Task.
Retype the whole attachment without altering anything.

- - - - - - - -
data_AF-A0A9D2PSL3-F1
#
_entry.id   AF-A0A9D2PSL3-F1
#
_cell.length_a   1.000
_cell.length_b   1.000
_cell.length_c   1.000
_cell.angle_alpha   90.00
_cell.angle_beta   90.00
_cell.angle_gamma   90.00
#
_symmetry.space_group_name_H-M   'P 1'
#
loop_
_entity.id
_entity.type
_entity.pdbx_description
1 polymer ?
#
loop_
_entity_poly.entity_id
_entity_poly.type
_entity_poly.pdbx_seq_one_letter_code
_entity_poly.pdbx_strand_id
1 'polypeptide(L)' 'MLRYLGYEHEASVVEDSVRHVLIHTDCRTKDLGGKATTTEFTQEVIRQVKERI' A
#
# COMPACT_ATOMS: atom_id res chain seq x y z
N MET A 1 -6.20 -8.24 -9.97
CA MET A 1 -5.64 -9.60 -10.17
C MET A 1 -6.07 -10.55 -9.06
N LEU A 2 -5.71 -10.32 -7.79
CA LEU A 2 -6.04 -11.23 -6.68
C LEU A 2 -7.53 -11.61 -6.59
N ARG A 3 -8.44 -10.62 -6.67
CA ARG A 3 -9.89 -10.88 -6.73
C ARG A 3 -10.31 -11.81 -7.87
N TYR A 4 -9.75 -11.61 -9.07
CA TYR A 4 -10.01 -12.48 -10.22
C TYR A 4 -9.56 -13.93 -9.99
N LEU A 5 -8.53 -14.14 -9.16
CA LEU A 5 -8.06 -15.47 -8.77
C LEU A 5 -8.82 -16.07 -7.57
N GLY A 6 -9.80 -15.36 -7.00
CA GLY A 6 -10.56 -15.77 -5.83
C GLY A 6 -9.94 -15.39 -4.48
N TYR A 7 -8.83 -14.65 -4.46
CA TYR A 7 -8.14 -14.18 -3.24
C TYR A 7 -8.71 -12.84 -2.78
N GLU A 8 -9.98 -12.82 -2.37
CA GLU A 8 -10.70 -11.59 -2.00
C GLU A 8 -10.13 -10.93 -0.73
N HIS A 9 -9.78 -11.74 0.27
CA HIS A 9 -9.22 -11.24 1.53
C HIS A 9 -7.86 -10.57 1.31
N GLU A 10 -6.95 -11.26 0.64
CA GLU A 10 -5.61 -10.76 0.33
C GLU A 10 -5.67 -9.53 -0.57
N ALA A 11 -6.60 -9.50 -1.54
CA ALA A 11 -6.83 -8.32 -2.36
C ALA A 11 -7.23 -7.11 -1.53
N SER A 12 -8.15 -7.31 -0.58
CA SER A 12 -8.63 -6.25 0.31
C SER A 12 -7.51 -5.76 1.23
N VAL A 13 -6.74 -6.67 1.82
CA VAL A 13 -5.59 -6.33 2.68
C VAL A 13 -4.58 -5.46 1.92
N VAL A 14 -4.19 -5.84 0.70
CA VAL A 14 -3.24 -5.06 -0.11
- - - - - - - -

data_AF-A0A9D2PSL3-F1
#
_entry.id   AF-A0A9D2PSL3-F1
#
_cell.length_a   1.000
_cell.length_b   1.000
_cell.length_c   1.000
_cell.angle_alpha   90.00
_cell.angle_beta   90.00
_cell.angle_gamma   90.00
#
_symmetry.space_group_name_H-M   'P 1'
#
loop_
_entity.id
_entity.type
_entity.pdbx_description
1 polymer ?
#
loop_
_entity_poly.entity_id
_entity_poly.type
_entity_poly.pdbx_seq_one_letter_code
_entity_poly.pdbx_strand_id
1 'polypeptide(L)' 'MLRYLGYEHEASVVEDSVRHVLIHTDCRTKDLGGKATTTEFTQEVIRQVKERI' A
#
# COMPACT_ATOMS: atom_id res chain seq x y z
N MET A 1 -6.20 -8.24 -9.97
CA MET A 1 -5.64 -9.60 -10.17
C MET A 1 -6.07 -10.55 -9.06
N LEU A 2 -5.71 -10.32 -7.79
CA LEU A 2 -6.04 -11.23 -6.68
C LEU A 2 -7.53 -11.61 -6.59
N ARG A 3 -8.44 -10.62 -6.67
CA ARG A 3 -9.89 -10.88 -6.73
C ARG A 3 -10.31 -11.81 -7.87
N TYR A 4 -9.75 -11.61 -9.07
CA TYR A 4 -10.01 -12.48 -10.22
C TYR A 4 -9.56 -13.93 -9.99
N LEU A 5 -8.53 -14.14 -9.16
CA LEU A 5 -8.06 -15.47 -8.77
C LEU A 5 -8.82 -16.07 -7.57
N GLY A 6 -9.80 -15.36 -7.00
CA GLY A 6 -10.56 -15.77 -5.83
C GLY A 6 -9.94 -15.39 -4.48
N TYR A 7 -8.83 -14.65 -4.46
CA TYR A 7 -8.14 -14.18 -3.24
C TYR A 7 -8.71 -12.84 -2.78
N GLU A 8 -9.98 -12.82 -2.37
CA GLU A 8 -10.70 -11.59 -2.00
C GLU A 8 -10.13 -10.93 -0.73
N HIS A 9 -9.78 -11.74 0.27
CA HIS A 9 -9.22 -11.24 1.53
C HIS A 9 -7.86 -10.57 1.31
N GLU A 10 -6.95 -11.26 0.64
CA GLU A 10 -5.61 -10.76 0.33
C GLU A 10 -5.67 -9.53 -0.57
N ALA A 11 -6.60 -9.50 -1.54
CA ALA A 11 -6.83 -8.32 -2.36
C ALA A 11 -7.23 -7.11 -1.53
N SER A 12 -8.15 -7.31 -0.58
CA SER A 12 -8.63 -6.25 0.31
C SER A 12 -7.51 -5.76 1.23
N VAL A 13 -6.74 -6.67 1.82
CA VAL A 13 -5.59 -6.33 2.68
C VAL A 13 -4.58 -5.46 1.92
N VAL A 14 -4.19 -5.84 0.70
CA VAL A 14 -3.24 -5.06 -0.11